Borneo's Orang-utans are losing their habitat at an alarming rate but strongholds remain and must be protected.
Find out how World Land Trust’s (WLT) Borneo Rainforest Appeal: aiming to raise One Million pounds will help secure the future of this most iconic of species…
In August 2013 WLT launched the Borneo Rainforest Appeal to secure habitat vital for the survival of the Bornean Orang-utan in the wild in Sabah, Malaysian Borneo. A million pounds is an ambitious fundraising target but one that WLT feels it appropriate to aim for as the lives of significant populations of Orang-utans hang in the balance.
With the funds raised WLT will be able to help create the Keruak Corridor, which will link Keruak Forest Reserve with one part of Lower Kinabatangan Wildlife Sanctuary (LKWS). The corridor is being created in partnership with WLT’s partner NGO in Malaysia, Hutan.
The first phase of the project will secure a stretch of several properties along the north bank of the Kinabatangan River.
After the completion of the first phase, if funds can be raised, the project will move into a second phase to widen the corridor.
To create the Keruak Corridor WLT needs to raise in the region of one million pounds - a lot of money for a relatively small area, but land is very expensive in Borneo because of the booming palm oil sector.
And, in Borneo, even small parcels of land can be a lifeline for Orang-utans so long as they link together protected forests enabling animals to move safely over greater distances.
Orang-utans are considered keystone species, playing a critical role in maintaining the structure of the whole ecology of the region. If they were to become extinct it would have a knock-on effect throughout the whole ecosystem.
Orang-utans play a vital role in maintaining the health of the forest. They eat fruit and, by ranging far and wide, they disperse the seeds of the fruits they consume. (A male orang-utan covers up to 9884 acres - 4,000 hectares - in his lifetime.) Orang-utans also trim forest trees by eating leaves and using branches to make their nests, which allows more light to the under storey.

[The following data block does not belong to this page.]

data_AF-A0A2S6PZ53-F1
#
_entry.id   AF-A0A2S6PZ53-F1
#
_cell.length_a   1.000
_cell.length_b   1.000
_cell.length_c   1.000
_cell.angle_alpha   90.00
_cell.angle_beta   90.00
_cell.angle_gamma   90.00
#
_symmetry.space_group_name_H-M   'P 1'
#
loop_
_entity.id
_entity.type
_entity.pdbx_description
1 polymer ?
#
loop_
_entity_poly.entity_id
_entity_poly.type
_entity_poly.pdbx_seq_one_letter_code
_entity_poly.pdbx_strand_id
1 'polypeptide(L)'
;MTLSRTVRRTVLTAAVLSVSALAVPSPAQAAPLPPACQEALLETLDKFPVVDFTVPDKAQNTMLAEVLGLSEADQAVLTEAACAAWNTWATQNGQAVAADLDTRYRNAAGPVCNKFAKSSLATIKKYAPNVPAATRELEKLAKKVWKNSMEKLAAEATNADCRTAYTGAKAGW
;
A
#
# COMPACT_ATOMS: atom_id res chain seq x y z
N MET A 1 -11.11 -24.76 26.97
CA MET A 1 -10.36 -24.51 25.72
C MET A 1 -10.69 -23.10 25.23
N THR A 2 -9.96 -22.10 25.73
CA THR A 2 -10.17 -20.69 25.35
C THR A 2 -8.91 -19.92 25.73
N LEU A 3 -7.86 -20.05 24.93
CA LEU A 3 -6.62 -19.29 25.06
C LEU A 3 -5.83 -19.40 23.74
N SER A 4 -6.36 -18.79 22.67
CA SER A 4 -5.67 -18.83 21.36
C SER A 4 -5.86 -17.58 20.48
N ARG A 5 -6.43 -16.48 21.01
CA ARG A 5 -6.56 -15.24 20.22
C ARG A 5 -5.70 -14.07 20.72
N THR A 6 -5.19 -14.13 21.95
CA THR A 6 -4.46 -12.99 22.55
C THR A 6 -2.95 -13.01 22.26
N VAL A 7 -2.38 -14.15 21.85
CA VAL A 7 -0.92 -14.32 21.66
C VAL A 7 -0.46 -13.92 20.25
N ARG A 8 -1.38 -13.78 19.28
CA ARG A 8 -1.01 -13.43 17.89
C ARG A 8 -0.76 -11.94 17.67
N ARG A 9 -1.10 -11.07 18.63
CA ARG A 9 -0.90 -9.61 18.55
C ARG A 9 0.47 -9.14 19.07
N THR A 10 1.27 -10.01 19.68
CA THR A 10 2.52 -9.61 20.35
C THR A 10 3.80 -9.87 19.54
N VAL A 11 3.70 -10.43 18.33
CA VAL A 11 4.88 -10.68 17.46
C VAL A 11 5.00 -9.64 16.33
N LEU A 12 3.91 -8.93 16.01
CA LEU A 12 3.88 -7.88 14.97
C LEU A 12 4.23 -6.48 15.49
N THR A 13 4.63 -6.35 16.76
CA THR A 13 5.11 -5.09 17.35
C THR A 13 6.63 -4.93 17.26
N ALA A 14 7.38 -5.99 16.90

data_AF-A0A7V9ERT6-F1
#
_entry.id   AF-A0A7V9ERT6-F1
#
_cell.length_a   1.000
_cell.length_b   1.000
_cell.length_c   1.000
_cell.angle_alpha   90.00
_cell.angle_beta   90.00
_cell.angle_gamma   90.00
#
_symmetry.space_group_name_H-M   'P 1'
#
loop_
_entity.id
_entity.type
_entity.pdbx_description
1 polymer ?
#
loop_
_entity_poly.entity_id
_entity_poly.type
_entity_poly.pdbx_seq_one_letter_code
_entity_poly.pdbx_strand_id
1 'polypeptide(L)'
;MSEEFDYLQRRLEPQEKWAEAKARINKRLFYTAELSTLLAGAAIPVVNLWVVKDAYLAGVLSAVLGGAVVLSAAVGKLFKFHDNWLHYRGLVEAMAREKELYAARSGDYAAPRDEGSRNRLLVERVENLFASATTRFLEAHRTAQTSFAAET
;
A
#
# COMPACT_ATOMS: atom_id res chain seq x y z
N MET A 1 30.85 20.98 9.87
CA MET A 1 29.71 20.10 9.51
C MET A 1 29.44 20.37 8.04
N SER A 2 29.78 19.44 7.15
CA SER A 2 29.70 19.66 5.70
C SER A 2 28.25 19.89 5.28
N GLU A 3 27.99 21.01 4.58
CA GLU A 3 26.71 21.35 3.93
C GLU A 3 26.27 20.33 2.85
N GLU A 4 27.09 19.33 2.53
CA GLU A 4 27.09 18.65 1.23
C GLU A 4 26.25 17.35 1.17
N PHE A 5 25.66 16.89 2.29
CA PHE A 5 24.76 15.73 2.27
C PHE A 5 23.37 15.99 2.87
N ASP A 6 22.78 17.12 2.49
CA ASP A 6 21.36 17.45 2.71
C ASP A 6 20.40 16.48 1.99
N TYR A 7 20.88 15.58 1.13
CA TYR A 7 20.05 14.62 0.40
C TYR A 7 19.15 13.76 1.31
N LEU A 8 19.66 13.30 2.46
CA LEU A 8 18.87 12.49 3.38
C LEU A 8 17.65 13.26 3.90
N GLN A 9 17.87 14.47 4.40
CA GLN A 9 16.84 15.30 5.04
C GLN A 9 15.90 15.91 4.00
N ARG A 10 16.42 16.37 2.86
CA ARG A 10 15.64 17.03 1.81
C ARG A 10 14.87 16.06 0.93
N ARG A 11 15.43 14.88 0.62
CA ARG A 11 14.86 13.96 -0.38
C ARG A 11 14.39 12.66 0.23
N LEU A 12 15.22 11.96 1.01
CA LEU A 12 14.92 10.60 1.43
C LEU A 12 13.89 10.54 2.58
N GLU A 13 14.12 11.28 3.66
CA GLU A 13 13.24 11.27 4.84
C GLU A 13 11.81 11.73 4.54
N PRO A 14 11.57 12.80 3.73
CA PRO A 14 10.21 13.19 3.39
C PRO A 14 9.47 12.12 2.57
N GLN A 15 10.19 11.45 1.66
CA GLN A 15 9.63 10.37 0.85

- Forest destruction and habitat fragmentation: Orang-utans are dependent on continuous forest but, primarily due to land clearance for oil palm plantations, their natural habitat is being destroyed at an alarming rate, and what remains is in isolated patches. Lack of forest cover reduces the Orang-utan’s ability to find a sufficiently nutritious diet, and (in the case of males) to roam in search of a mate.
- Diminishing gene pool: There may be as many as 1,000 Orang-utans in Kinabatangan, but due to forest destruction Orang-utans are increasingly isolated from each other, living in groups of between 5 and 200. With unlimited habitat male Orang-utans will travel across large areas to find a mate, covering up to 4,000 hectares in his lifetime, but due to the fragmentation of forest habitat some Orang-utans are unable to move outside their ‘forest island’ to find a mate, meaning that there is a great risk of inbreeding. The shrinking of the Orang-utan gene pool threatens the viability of the species.
- Extinction: 90 per cent of Sabah’s native Orang-utan population has been lost in the past 100 years due to habitat destruction. Worst-case scenarios suggest that if deforestation continues the Orang-utan could soon become extinct in many areas.
- Land price inflation: the price of land is increasing due to demand from oil palm producers, which means that the financial cost of purchasing and protecting land for Orang-utans is very high.
In the Kinabatangan floodplain, one of Malaysia’s most beautiful wetlands, the Keruak Corridor will reconnect patches of rainforest that have become fragmented due to logging and intensive cultivation. Once complete, the Keruak Corridor will enable Orang-utans once more to roam the forest of the north bank of the Kinabatangan River.